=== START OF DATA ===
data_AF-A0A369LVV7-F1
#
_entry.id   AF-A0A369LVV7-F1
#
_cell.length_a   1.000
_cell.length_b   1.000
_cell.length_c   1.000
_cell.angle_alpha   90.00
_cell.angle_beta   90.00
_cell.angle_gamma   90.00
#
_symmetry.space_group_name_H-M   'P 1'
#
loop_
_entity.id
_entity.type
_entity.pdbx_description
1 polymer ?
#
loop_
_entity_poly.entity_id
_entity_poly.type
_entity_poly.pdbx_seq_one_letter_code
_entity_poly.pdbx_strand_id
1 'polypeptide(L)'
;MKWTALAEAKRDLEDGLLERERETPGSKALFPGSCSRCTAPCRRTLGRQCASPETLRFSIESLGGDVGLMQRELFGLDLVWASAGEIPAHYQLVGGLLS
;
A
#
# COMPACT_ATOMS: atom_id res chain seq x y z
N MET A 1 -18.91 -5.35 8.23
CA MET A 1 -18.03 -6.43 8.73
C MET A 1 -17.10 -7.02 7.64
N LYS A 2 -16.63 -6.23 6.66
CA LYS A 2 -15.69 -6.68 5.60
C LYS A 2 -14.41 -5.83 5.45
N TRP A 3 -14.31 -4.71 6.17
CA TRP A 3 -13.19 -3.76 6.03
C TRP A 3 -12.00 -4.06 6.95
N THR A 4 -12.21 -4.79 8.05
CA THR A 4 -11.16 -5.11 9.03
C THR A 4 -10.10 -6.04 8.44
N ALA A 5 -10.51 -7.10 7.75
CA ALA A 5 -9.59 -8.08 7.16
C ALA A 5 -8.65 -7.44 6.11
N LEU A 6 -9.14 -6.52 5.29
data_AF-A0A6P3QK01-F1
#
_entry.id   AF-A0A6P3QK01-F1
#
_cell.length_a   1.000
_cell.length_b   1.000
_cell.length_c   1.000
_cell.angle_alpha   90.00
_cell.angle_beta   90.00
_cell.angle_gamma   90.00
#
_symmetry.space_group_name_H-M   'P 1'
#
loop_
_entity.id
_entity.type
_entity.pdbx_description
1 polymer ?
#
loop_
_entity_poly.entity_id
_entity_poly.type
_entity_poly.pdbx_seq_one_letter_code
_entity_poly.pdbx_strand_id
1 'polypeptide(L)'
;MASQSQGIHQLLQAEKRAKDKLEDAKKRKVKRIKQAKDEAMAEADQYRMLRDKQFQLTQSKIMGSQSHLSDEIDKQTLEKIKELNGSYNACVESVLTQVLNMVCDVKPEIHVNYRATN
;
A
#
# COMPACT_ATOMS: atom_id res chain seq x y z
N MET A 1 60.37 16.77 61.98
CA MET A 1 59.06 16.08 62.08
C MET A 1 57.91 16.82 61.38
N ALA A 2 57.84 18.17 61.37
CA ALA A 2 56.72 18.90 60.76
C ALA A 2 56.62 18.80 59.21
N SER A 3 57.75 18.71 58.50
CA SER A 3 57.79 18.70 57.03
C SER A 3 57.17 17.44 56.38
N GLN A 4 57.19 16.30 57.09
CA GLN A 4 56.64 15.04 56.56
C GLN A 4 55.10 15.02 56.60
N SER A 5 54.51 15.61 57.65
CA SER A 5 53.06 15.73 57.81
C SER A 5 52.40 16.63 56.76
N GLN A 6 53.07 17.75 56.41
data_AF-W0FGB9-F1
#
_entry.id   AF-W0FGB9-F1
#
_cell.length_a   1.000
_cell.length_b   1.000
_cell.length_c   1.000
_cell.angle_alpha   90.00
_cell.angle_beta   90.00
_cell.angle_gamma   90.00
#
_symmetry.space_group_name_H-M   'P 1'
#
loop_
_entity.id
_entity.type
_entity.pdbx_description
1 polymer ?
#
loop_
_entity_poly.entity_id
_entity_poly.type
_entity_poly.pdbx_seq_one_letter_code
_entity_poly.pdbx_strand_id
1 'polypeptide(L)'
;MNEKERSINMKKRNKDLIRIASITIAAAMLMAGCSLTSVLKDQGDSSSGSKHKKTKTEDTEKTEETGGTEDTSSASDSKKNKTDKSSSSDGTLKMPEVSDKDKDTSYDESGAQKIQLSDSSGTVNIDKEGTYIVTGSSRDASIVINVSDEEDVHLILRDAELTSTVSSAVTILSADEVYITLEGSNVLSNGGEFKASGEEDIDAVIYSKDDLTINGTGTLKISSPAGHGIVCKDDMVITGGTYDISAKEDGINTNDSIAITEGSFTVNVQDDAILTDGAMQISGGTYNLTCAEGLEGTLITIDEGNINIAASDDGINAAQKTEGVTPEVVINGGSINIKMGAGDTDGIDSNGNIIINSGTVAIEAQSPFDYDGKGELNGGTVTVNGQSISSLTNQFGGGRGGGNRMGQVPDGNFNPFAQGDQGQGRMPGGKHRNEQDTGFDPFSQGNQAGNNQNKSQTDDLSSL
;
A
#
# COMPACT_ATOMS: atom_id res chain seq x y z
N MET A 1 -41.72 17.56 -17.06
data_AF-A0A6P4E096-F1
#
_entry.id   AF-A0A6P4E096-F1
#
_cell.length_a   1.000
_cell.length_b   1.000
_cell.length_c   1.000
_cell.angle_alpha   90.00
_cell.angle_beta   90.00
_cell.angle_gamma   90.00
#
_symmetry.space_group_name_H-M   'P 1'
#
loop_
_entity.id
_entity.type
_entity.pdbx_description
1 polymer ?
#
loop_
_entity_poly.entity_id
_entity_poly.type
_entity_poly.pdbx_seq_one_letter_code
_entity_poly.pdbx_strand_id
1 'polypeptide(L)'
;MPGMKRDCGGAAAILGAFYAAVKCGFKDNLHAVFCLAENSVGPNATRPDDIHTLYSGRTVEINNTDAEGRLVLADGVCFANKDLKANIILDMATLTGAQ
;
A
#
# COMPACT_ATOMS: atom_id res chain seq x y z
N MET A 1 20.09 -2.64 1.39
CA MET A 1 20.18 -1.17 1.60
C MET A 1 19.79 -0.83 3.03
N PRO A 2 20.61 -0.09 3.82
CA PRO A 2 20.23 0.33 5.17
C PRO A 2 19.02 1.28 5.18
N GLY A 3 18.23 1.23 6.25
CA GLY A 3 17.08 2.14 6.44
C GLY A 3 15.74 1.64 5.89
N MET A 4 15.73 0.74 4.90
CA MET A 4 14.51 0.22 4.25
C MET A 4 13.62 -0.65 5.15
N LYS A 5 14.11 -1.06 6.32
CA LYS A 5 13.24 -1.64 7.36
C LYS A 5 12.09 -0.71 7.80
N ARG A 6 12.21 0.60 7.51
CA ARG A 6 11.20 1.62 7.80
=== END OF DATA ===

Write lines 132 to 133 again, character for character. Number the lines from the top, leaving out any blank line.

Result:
_cell.angle_beta   90.00
_cell.angle_gamma   90.00